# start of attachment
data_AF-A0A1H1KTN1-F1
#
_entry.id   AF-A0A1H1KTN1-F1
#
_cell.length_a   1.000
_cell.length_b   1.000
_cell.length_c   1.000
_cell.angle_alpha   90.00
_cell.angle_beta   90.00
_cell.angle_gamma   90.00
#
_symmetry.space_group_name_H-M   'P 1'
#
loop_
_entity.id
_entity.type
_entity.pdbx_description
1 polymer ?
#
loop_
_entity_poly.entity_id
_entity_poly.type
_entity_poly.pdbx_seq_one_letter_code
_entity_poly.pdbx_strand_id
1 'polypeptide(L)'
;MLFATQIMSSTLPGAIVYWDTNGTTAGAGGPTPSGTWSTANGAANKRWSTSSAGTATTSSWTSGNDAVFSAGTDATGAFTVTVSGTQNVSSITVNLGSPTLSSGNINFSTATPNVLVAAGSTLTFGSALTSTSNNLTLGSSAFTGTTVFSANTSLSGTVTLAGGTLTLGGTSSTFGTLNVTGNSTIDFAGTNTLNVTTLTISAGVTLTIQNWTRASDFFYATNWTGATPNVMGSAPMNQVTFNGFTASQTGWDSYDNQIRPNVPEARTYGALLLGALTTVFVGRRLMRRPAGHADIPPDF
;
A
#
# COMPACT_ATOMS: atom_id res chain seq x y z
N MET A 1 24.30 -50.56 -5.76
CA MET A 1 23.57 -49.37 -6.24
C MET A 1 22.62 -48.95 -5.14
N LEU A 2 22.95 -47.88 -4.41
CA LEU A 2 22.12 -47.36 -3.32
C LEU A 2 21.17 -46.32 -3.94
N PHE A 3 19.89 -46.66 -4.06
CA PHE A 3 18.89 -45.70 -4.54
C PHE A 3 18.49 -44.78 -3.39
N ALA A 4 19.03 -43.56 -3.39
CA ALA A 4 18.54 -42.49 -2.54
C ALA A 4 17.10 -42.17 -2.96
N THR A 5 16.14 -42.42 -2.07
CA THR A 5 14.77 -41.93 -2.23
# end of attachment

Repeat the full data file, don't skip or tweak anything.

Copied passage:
data_AF-A0A1H1KTN1-F1
#
_entry.id   AF-A0A1H1KTN1-F1
#
_cell.length_a   1.000
_cell.length_b   1.000
_cell.length_c   1.000
_cell.angle_alpha   90.00
_cell.angle_beta   90.00
_cell.angle_gamma   90.00
#
_symmetry.space_group_name_H-M   'P 1'
#
loop_
_entity.id
_entity.type
_entity.pdbx_description
1 polymer ?
#
loop_
_entity_poly.entity_id
_entity_poly.type
_entity_poly.pdbx_seq_one_letter_code
_entity_poly.pdbx_strand_id
1 'polypeptide(L)'
;MLFATQIMSSTLPGAIVYWDTNGTTAGAGGPTPSGTWSTANGAANKRWSTSSAGTATTSSWTSGNDAVFSAGTDATGAFTVTVSGTQNVSSITVNLGSPTLSSGNINFSTATPNVLVAAGSTLTFGSALTSTSNNLTLGSSAFTGTTVFSANTSLSGTVTLAGGTLTLGGTSSTFGTLNVTGNSTIDFAGTNTLNVTTLTISAGVTLTIQNWTRASDFFYATNWTGATPNVMGSAPMNQVTFNGFTASQTGWDSYDNQIRPNVPEARTYGALLLGALTTVFVGRRLMRRPAGHADIPPDF
;
A
#
# COMPACT_ATOMS: atom_id res chain seq x y z
N MET A 1 24.30 -50.56 -5.76
CA MET A 1 23.57 -49.37 -6.24
C MET A 1 22.62 -48.95 -5.14
N LEU A 2 22.95 -47.88 -4.41
CA LEU A 2 22.12 -47.36 -3.32
C LEU A 2 21.17 -46.32 -3.94
N PHE A 3 19.89 -46.66 -4.06
CA PHE A 3 18.89 -45.70 -4.54
C PHE A 3 18.49 -44.78 -3.39
N ALA A 4 19.03 -43.56 -3.39
CA ALA A 4 18.54 -42.49 -2.54
C ALA A 4 17.10 -42.17 -2.96
N THR A 5 16.14 -42.42 -2.07
CA THR A 5 14.77 -41.93 -2.23